Thursday, March 23rd, 2023

Mexican public prejudice and extreme police latitude

The Famous 41

edited by
Robert McKee Irwin, Ed McCaughan, and  Michelle Nasser

Published by Palgrave Macmillan

Published January 17, 2003
History (Mexico)
336 pgs. • Find on • WorldCat

Reviewed by Name Stephen O. Murray

June 23, 2004

Although famous as a group, the forty-one men arrested in a Mexico City police raid in the early hours of Sunday 17 November 1901 were and remain anonymous.

Collectively, they remain so notorious that in Mexico cuarenta y una means “faggot,” numbering in Mexico skips from 40 to 42 (as many U.S. buildings skip from 12 to 14), and men born 41 years ago report their age as “30 11.”

According to the reports from the Mexican press of the time 1, there were nineteen males in female ball-gowns at a private party broken up by the police. Although neither cross-dressing nor homosexuality were crimes in the Mexican legal code, Mexican police, then and now, have considerable discretion in defining affronts to public order, morals, or modesty. One of the 41 may have been a female servant, and the slight majority (21 or 22) were conventionally clad men.

Generally, it is the male who appears un-masculine who is assumed to be penetrable/homosexual in the Mexican folk view and not his masculine-seeming partner (who is presumed to be the penetrator of the effeminate and/or transvestite male).

Although “41” became a label for effeminate homosexuals, it seems that only the 19 of the 41 who were cross-dressed were shipped off to hard labor in the Yucatan. The scandal is (and remains!) gender nonconformity, though in the popular conception the correlation of male effeminacy and sexual receptivity to masculine males is assumed to be perfect. (Homo)sex might have followed the drag ball—in the expectation of both ballgoers and of those who halted the ball— but there is no indication that any of those attending the party got around to having sex. The night was still young when the police arrived.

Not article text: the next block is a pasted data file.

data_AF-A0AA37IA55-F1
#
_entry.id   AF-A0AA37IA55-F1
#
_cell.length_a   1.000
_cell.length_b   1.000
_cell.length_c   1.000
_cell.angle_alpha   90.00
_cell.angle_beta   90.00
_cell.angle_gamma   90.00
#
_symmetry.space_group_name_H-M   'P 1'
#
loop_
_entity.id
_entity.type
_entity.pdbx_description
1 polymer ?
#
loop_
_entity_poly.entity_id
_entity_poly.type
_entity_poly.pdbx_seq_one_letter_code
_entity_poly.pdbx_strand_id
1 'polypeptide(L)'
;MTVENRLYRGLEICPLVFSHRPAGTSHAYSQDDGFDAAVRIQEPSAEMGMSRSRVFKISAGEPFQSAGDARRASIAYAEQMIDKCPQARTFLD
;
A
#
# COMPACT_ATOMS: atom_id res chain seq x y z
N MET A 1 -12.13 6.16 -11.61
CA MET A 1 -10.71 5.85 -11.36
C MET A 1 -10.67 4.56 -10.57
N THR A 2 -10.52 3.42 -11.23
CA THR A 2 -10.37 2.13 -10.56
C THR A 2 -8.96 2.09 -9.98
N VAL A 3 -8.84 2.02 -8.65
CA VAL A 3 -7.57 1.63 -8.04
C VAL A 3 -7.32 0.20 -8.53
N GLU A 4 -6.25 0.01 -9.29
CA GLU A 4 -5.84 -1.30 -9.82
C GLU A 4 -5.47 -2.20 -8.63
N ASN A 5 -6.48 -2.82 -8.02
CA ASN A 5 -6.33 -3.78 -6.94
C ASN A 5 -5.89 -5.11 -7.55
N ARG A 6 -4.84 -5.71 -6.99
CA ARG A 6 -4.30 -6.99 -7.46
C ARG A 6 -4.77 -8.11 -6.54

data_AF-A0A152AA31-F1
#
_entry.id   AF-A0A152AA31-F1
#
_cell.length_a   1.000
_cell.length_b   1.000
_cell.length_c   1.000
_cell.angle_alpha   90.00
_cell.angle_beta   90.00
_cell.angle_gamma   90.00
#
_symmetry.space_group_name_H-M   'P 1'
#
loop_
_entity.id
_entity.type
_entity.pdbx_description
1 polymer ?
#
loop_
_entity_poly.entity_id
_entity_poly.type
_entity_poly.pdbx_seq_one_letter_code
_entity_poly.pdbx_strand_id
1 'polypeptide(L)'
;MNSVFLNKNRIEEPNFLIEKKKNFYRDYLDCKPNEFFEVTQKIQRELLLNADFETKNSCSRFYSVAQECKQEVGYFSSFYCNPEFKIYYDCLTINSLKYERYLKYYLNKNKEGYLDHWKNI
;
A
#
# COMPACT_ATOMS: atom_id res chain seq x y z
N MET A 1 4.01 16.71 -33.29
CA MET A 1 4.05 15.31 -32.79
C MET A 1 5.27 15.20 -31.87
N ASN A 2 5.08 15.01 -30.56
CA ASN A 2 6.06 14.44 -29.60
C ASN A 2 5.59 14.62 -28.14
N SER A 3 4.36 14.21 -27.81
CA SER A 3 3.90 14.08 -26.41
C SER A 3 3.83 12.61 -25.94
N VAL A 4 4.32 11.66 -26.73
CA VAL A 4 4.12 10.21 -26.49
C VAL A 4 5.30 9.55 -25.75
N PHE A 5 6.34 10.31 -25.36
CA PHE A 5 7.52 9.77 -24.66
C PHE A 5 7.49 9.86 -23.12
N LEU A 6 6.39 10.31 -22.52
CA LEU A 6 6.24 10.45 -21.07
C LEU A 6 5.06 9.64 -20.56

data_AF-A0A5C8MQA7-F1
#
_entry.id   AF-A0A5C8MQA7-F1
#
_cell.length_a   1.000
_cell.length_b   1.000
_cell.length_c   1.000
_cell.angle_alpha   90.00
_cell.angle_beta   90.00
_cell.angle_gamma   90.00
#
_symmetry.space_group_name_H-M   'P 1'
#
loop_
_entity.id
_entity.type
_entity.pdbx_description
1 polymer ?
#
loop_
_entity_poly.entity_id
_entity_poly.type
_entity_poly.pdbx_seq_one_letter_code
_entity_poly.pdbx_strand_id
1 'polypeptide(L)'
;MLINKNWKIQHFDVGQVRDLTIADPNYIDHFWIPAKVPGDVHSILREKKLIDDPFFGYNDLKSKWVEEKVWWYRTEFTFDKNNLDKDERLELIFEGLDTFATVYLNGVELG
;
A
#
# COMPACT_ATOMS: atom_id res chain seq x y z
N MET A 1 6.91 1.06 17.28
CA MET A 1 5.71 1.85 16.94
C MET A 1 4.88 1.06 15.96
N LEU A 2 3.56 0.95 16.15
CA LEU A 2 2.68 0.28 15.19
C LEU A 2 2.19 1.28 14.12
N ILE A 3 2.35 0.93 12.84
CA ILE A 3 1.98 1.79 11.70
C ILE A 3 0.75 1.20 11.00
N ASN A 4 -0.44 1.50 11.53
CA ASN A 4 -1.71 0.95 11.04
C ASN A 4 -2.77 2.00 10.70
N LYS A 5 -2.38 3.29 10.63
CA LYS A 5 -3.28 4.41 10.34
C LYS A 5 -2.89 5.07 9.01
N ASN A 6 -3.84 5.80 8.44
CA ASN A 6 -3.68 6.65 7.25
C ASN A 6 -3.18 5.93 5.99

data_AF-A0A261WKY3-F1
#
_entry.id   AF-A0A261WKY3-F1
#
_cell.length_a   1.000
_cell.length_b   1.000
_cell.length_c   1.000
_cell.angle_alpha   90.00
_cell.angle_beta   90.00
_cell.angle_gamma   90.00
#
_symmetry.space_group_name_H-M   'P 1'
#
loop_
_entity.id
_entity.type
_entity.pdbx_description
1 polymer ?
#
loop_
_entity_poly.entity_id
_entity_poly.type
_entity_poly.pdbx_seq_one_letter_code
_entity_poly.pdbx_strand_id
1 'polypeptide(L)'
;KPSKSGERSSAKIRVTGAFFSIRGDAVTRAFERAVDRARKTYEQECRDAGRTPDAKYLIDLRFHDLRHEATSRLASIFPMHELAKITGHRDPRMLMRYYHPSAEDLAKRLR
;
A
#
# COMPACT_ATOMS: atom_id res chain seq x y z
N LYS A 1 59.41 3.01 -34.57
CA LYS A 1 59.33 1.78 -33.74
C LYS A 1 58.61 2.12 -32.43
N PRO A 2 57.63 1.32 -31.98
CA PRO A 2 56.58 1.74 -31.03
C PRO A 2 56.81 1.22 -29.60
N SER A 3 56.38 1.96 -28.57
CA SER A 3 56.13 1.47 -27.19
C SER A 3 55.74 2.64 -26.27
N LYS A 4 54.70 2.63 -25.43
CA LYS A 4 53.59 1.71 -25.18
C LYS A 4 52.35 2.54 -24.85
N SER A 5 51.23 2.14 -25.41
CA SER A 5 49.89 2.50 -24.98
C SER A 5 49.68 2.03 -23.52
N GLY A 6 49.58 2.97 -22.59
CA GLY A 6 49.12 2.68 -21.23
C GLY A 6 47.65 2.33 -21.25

The awareness that some men get away with gender and/or sexual “deviance” is condensed in cuarenta y dos (42), recalling the one who got away, the secret deviant. Almost immediately after the arrests, rumors spread that there was a 42nd in attendance at the ball, and that the one who was not held was the dandy Ignacio de la Torre, the son-in-law of the long-time dictator (“president”) of the republic, Porfirio Diaz.

Derived from a conference held at Tulane University on the centennial of the ball, the book includes (in both Spanish and English) a substantial part of a naturalist novel by Eduardo Castrejon, Los 41, that describes preparations for the ball, the ball itself, the Yucatan exile of the unlucky cross-dressed males, the famous Posada cartoons, reports from a range of newspapers, four chapters analyzing the scandal and concerns about the compromised masculinity of the Porifirian elite, a chapter trying to impose the author’s view on what the gender systems of Mexican prisons should have been (rejecting what evidence is available), a very detailed analysis of one case study of a woman incarcerated in a Mexican asylum, and an essay on the popular poet Amando Nervo’s “sentimental womanliness.”

The last two chapters are not related to the bust of the “famous 41,” and the last one does not specify when Nervo wrote what Sylvia Molloy chooses to discuss. Although insightful, her chapter is unhistorical in being unmoored from dates of composition or publication.